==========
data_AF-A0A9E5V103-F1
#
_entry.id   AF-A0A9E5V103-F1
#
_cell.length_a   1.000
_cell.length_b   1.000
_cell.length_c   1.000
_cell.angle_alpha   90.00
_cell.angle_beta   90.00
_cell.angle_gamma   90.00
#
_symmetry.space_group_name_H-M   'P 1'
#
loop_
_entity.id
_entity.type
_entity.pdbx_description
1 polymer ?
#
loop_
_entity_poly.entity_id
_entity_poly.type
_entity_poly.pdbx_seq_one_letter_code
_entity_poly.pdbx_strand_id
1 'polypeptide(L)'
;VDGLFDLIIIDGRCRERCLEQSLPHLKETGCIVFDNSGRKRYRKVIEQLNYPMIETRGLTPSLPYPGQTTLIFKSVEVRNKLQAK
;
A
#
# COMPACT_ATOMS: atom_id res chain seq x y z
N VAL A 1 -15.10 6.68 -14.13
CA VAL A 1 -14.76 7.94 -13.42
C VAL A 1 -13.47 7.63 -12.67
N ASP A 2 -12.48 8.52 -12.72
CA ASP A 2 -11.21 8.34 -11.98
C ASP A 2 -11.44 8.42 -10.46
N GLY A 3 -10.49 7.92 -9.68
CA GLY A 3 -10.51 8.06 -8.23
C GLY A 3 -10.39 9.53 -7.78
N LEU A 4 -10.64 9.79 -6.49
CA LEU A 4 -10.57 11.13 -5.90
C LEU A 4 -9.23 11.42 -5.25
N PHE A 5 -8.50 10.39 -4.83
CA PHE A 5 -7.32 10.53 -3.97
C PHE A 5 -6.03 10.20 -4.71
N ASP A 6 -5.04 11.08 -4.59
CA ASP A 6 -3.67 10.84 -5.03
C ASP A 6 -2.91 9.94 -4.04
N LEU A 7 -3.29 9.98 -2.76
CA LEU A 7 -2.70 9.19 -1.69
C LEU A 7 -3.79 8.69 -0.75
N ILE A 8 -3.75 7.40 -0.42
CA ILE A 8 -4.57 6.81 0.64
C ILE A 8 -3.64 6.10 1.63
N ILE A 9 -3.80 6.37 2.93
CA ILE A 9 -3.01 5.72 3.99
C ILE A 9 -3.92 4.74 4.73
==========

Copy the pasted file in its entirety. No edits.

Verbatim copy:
data_AF-A0A9E5V103-F1
#
_entry.id   AF-A0A9E5V103-F1
#
_cell.length_a   1.000
_cell.length_b   1.000
_cell.length_c   1.000
_cell.angle_alpha   90.00
_cell.angle_beta   90.00
_cell.angle_gamma   90.00
#
_symmetry.space_group_name_H-M   'P 1'
#
loop_
_entity.id
_entity.type
_entity.pdbx_description
1 polymer ?
#
loop_
_entity_poly.entity_id
_entity_poly.type
_entity_poly.pdbx_seq_one_letter_code
_entity_poly.pdbx_strand_id
1 'polypeptide(L)'
;VDGLFDLIIIDGRCRERCLEQSLPHLKETGCIVFDNSGRKRYRKVIEQLNYPMIETRGLTPSLPYPGQTTLIFKSVEVRNKLQAK
;
A
#
# COMPACT_ATOMS: atom_id res chain seq x y z
N VAL A 1 -15.10 6.68 -14.13
CA VAL A 1 -14.76 7.94 -13.42
C VAL A 1 -13.47 7.63 -12.67
N ASP A 2 -12.48 8.52 -12.72
CA ASP A 2 -11.21 8.34 -11.98
C ASP A 2 -11.44 8.42 -10.46
N GLY A 3 -10.49 7.92 -9.68
CA GLY A 3 -10.51 8.06 -8.23
C GLY A 3 -10.39 9.53 -7.78
N LEU A 4 -10.64 9.79 -6.49
CA LEU A 4 -10.57 11.13 -5.90
C LEU A 4 -9.23 11.42 -5.25
N PHE A 5 -8.50 10.39 -4.83
CA PHE A 5 -7.32 10.53 -3.97
C PHE A 5 -6.03 10.20 -4.71
N ASP A 6 -5.04 11.08 -4.59
CA ASP A 6 -3.67 10.84 -5.03
C ASP A 6 -2.91 9.94 -4.04
N LEU A 7 -3.29 9.98 -2.76
CA LEU A 7 -2.70 9.19 -1.69
C LEU A 7 -3.79 8.69 -0.75
N ILE A 8 -3.75 7.40 -0.42
CA ILE A 8 -4.57 6.81 0.64
C ILE A 8 -3.64 6.10 1.63
N ILE A 9 -3.80 6.37 2.93
CA ILE A 9 -3.01 5.72 3.99
C ILE A 9 -3.92 4.74 4.73